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Classroom to Community

In 2009, Dafna Michaelson visited 50 states in 52 weeks. Everywhere she went, she spoke to ordinary people who were doing extraordinary things for their communities. She shared those stories via the 50 in 52 Journey, which received national media attention.

Now, through her Journey Institute, Dafna is sharing what she learned with Random Acts of Kindness Foundation members. Find great ideas for kindness learning in the classroom, using video interviews with some of the people she met, lesson plans, activities and discussion guides.

Each lesson includes a “Quick Start” box – an easy-to-follow synopsis of the lesson that will get you away from the computer and quickly working together to complete the lesson plan. Browse the list of ideas, and then click on “Read more” to see a full lesson plan.

Beverly Hills: Path to Poverty Leads to Global Kindness

Nouriel and Yaelle Cohen, California

Video Synopsis:
Many people have been affected by the country's economy. Many people have lost all they have. If you lived in Beverly Hills, had a successful business, and then lost everything, what would you do? Watch this video of an incredible couple who lived in Beverly Hills, had a successful business of their own and did lose everything, and then decided what they needed to do was simplify their lives and focus on helping other people. With modest beginnings Global Kindness now feeds, clothes, and even pays bills for people who cannot do it themselves. With plans to grow into a storefront, despite the fact that the Cohens and their six children still don't have much themselves, this couple continues to give what they do have: their time, their energy and their home. Be inspired by this couple who have little but give so much.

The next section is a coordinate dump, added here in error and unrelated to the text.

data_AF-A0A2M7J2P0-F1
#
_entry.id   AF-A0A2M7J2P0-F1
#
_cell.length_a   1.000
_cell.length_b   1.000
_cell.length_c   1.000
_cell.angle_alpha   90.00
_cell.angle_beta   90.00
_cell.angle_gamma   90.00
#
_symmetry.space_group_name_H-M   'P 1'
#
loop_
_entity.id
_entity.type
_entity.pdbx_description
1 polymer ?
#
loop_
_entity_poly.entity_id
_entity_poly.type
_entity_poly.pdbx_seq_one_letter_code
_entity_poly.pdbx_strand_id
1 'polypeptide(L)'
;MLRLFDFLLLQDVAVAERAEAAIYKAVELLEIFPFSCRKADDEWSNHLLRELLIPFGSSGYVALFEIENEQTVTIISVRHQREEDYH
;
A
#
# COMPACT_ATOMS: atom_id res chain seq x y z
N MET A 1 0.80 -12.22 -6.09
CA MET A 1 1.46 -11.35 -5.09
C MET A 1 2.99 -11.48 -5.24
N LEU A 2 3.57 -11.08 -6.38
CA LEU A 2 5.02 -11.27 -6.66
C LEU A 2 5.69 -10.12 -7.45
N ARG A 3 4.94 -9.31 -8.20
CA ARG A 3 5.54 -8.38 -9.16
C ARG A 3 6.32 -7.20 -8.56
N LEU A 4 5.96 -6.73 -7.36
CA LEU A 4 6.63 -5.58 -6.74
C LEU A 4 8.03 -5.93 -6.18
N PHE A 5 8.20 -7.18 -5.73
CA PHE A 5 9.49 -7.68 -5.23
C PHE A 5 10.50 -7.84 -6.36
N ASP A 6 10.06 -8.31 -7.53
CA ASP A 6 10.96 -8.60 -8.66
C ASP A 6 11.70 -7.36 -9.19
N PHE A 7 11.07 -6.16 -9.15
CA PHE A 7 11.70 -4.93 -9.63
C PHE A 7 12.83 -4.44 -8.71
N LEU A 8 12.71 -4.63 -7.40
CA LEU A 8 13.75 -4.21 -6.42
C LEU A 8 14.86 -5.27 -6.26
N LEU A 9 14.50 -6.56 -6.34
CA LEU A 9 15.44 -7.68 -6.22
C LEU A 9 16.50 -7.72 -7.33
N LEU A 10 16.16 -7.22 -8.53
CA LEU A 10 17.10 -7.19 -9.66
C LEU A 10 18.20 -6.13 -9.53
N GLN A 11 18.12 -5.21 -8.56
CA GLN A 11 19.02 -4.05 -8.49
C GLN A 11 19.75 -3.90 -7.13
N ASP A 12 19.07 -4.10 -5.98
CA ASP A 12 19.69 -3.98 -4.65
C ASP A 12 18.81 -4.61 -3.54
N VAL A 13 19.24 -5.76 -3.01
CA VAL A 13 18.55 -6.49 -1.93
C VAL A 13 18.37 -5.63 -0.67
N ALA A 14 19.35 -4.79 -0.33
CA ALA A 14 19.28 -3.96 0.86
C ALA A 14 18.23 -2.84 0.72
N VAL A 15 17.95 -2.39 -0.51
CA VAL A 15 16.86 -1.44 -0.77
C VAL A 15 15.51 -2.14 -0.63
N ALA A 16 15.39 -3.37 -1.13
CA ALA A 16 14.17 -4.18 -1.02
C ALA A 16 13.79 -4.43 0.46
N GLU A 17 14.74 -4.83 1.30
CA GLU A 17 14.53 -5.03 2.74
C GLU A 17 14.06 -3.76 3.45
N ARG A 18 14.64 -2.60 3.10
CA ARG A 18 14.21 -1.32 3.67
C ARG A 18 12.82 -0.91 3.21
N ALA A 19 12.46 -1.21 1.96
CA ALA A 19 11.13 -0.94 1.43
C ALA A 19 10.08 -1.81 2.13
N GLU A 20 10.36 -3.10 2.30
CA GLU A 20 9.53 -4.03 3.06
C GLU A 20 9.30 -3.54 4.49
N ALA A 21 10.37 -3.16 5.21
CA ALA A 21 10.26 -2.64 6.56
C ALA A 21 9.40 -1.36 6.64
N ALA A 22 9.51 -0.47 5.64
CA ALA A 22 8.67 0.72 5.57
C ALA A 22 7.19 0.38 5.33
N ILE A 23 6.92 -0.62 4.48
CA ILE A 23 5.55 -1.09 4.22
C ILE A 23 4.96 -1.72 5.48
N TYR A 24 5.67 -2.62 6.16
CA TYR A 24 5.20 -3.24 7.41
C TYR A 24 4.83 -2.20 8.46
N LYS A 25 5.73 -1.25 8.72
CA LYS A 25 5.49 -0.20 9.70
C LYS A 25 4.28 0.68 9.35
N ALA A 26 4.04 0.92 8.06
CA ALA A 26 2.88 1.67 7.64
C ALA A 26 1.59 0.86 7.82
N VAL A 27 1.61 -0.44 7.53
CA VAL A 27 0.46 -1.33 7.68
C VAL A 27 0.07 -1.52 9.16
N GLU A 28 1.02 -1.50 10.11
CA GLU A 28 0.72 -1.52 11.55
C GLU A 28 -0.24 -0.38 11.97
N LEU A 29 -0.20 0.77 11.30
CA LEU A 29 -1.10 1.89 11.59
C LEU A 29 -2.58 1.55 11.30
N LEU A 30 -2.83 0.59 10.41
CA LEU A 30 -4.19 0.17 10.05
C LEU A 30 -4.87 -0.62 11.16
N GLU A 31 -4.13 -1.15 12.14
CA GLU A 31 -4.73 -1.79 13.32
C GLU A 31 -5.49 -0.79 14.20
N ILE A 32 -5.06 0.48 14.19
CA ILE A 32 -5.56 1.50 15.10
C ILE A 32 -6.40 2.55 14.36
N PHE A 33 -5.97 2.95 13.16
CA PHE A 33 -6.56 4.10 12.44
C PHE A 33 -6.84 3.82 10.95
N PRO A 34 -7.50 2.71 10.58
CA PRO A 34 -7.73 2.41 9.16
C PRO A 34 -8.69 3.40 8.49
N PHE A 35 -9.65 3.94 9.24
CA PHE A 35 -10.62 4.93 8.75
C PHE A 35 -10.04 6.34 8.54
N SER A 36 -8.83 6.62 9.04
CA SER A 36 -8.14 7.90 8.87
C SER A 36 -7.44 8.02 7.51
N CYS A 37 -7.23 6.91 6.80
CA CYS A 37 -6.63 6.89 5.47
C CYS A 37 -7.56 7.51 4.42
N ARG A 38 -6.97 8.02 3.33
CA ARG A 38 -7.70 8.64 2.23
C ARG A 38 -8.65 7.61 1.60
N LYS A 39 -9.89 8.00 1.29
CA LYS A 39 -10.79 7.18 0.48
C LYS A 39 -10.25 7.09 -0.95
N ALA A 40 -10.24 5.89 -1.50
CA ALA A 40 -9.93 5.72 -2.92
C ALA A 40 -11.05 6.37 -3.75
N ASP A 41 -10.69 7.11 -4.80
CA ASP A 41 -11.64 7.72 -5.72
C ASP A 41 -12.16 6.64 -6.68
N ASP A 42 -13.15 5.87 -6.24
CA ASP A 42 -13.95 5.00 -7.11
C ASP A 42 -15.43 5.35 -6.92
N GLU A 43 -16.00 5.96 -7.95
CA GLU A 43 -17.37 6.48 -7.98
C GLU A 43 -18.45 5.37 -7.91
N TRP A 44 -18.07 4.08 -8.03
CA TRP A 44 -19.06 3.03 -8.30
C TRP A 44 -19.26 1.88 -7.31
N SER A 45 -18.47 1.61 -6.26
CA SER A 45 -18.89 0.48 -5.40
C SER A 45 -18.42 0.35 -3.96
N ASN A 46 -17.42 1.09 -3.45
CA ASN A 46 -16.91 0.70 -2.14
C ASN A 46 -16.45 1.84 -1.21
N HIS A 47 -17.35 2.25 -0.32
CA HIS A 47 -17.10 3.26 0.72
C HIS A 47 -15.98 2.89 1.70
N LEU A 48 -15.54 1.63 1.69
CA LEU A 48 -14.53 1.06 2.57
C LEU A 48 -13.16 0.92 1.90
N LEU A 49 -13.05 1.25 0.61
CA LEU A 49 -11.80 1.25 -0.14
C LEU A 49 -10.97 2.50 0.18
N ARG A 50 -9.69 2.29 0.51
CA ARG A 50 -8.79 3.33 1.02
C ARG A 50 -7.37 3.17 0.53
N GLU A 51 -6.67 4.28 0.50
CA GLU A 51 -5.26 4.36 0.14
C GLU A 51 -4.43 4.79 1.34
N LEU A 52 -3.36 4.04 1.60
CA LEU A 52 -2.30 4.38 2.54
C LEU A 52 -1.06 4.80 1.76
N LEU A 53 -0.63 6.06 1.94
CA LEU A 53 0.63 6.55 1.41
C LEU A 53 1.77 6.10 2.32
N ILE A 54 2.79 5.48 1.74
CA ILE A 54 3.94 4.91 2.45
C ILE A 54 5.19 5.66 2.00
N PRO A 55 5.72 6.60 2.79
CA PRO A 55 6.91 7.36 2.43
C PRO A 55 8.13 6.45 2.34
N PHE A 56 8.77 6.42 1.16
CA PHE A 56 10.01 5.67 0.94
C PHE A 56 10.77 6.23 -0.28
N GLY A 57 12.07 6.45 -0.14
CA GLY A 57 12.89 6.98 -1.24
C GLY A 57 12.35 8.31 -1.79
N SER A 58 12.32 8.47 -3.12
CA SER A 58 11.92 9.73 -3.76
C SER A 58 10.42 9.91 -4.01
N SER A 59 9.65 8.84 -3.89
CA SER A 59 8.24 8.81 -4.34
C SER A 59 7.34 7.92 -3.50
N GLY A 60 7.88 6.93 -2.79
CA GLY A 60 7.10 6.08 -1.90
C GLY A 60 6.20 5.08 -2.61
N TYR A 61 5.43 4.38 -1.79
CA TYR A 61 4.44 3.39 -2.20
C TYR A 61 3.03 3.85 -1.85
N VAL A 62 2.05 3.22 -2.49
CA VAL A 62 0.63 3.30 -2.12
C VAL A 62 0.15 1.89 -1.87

Suggested for: Traditional schools, alternative programs, youth groups, community centers

Suggested grade use: 5-12

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My Name is Not Homeless

Andrea DeMink, Indiana

Video Synopsis:
Andrea DeMink is the founder of The PourHouse, a street-based outreach program in Indianapolis, Indiana. Like many outreach programs for the homeless, The PourHouse provides food, coffee, clothes… but what sets Andrea DeMink and her vision apart is that this program is about building relationships and helping people fulfill their dreams.

Suggested for: Traditional schools, alternative programs, youth groups, community centers

Suggested grade use: 5-12

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Migrant Worker, Mom, Human Champion

Ella Ochoa, Nebraska

Video Synopsis:
Ella Ochoa is the Executive Director of the NAF Multicultural Human Development Corporation. Ella went from being a migrant worker in the fields across various states of this country to being the executive director of an organization dedicated to being an advocate for migrant workers in Nebraska. While she is still overcoming hurdles both personal and professional, watch this inspiring video of what one person can do with a little belief and encouragement and a desire to help others.